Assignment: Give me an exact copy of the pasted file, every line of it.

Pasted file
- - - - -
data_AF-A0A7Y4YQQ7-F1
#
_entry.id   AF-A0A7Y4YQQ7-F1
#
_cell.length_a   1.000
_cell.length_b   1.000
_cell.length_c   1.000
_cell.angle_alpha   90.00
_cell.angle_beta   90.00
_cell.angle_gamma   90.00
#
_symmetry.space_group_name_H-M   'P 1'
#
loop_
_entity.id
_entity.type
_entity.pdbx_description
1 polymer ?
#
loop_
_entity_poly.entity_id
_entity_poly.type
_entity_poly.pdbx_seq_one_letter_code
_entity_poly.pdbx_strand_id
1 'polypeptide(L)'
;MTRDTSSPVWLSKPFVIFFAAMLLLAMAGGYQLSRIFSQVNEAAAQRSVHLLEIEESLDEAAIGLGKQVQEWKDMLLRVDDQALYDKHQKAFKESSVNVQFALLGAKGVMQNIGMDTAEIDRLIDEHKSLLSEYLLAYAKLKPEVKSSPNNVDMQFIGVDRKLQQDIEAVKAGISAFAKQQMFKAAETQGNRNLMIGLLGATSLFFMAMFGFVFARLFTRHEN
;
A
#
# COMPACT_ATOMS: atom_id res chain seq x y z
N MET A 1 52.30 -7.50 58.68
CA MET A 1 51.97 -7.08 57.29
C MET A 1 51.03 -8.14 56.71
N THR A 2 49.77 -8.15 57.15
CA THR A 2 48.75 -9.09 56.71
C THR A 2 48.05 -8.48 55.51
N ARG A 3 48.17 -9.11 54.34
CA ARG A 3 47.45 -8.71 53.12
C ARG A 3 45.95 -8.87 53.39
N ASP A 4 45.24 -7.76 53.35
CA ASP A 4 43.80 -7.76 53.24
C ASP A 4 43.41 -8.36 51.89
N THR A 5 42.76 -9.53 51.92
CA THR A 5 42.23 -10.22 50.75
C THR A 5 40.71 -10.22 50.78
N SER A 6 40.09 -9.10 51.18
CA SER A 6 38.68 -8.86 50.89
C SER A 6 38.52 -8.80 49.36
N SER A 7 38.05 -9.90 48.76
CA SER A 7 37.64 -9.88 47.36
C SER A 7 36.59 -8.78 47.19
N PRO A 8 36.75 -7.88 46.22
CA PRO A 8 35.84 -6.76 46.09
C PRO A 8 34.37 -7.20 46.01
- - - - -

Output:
data_AF-A0A7Y4YQQ7-F1
#
_entry.id   AF-A0A7Y4YQQ7-F1
#
_cell.length_a   1.000
_cell.length_b   1.000
_cell.length_c   1.000
_cell.angle_alpha   90.00
_cell.angle_beta   90.00
_cell.angle_gamma   90.00
#
_symmetry.space_group_name_H-M   'P 1'
#
loop_
_entity.id
_entity.type
_entity.pdbx_description
1 polymer ?
#
loop_
_entity_poly.entity_id
_entity_poly.type
_entity_poly.pdbx_seq_one_letter_code
_entity_poly.pdbx_strand_id
1 'polypeptide(L)'
;MTRDTSSPVWLSKPFVIFFAAMLLLAMAGGYQLSRIFSQVNEAAAQRSVHLLEIEESLDEAAIGLGKQVQEWKDMLLRVDDQALYDKHQKAFKESSVNVQFALLGAKGVMQNIGMDTAEIDRLIDEHKSLLSEYLLAYAKLKPEVKSSPNNVDMQFIGVDRKLQQDIEAVKAGISAFAKQQMFKAAETQGNRNLMIGLLGATSLFFMAMFGFVFARLFTRHEN
;
A
#
# COMPACT_ATOMS: atom_id res chain seq x y z
N MET A 1 52.30 -7.50 58.68
CA MET A 1 51.97 -7.08 57.29
C MET A 1 51.03 -8.14 56.71
N THR A 2 49.77 -8.15 57.15
CA THR A 2 48.75 -9.09 56.71
C THR A 2 48.05 -8.48 55.51
N ARG A 3 48.17 -9.11 54.34
CA ARG A 3 47.45 -8.71 53.12
C ARG A 3 45.95 -8.87 53.39
N ASP A 4 45.24 -7.76 53.35
CA ASP A 4 43.80 -7.76 53.24
C ASP A 4 43.41 -8.36 51.89
N THR A 5 42.76 -9.53 51.92
CA THR A 5 42.23 -10.22 50.75
C THR A 5 40.71 -10.22 50.78
N SER A 6 40.09 -9.10 51.18
CA SER A 6 38.68 -8.86 50.89
C SER A 6 38.52 -8.80 49.36
N SER A 7 38.05 -9.90 48.76
CA SER A 7 37.64 -9.88 47.36
C SER A 7 36.59 -8.78 47.19
N PRO A 8 36.75 -7.88 46.22
CA PRO A 8 35.84 -6.76 46.09
C PRO A 8 34.37 -7.20 46.01